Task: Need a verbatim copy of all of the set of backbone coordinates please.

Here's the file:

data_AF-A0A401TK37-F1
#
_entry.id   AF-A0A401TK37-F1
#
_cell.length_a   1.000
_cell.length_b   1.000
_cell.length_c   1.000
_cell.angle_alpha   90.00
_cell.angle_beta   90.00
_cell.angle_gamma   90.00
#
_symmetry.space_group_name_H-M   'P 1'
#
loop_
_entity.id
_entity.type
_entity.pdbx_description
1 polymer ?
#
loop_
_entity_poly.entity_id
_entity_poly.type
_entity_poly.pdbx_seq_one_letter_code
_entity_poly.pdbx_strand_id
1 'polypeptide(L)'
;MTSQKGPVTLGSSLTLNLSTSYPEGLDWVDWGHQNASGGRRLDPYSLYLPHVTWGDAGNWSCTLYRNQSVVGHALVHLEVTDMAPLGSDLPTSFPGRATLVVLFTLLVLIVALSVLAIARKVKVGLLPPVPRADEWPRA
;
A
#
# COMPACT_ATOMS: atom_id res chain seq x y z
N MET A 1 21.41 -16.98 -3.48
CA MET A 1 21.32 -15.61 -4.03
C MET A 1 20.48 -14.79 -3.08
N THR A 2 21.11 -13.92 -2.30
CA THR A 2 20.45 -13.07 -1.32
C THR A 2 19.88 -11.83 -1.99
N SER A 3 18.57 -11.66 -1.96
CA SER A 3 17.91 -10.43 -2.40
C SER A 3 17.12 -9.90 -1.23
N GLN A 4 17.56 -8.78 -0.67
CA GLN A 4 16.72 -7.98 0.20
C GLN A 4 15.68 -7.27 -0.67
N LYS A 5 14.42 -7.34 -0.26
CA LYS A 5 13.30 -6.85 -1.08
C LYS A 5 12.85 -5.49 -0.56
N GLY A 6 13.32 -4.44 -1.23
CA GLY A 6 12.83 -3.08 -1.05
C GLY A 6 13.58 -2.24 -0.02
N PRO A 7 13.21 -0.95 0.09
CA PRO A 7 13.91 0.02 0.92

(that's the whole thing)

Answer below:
data_AF-A0A401TK37-F1
#
_entry.id   AF-A0A401TK37-F1
#
_cell.length_a   1.000
_cell.length_b   1.000
_cell.length_c   1.000
_cell.angle_alpha   90.00
_cell.angle_beta   90.00
_cell.angle_gamma   90.00
#
_symmetry.space_group_name_H-M   'P 1'
#
loop_
_entity.id
_entity.type
_entity.pdbx_description
1 polymer ?
#
loop_
_entity_poly.entity_id
_entity_poly.type
_entity_poly.pdbx_seq_one_letter_code
_entity_poly.pdbx_strand_id
1 'polypeptide(L)'
;MTSQKGPVTLGSSLTLNLSTSYPEGLDWVDWGHQNASGGRRLDPYSLYLPHVTWGDAGNWSCTLYRNQSVVGHALVHLEVTDMAPLGSDLPTSFPGRATLVVLFTLLVLIVALSVLAIARKVKVGLLPPVPRADEWPRA
;
A
#
# COMPACT_ATOMS: atom_id res chain seq x y z
N MET A 1 21.41 -16.98 -3.48
CA MET A 1 21.32 -15.61 -4.03
C MET A 1 20.48 -14.79 -3.08
N THR A 2 21.11 -13.92 -2.30
CA THR A 2 20.45 -13.07 -1.32
C THR A 2 19.88 -11.83 -1.99
N SER A 3 18.57 -11.66 -1.96
CA SER A 3 17.91 -10.43 -2.40
C SER A 3 17.12 -9.90 -1.23
N GLN A 4 17.56 -8.78 -0.67
CA GLN A 4 16.72 -7.98 0.20
C GLN A 4 15.68 -7.27 -0.67
N LYS A 5 14.42 -7.34 -0.26
CA LYS A 5 13.30 -6.85 -1.08
C LYS A 5 12.85 -5.49 -0.56
N GLY A 6 13.32 -4.44 -1.23
CA GLY A 6 12.83 -3.08 -1.05
C GLY A 6 13.58 -2.24 -0.02
N PRO A 7 13.21 -0.95 0.09
CA PRO A 7 13.91 0.02 0.92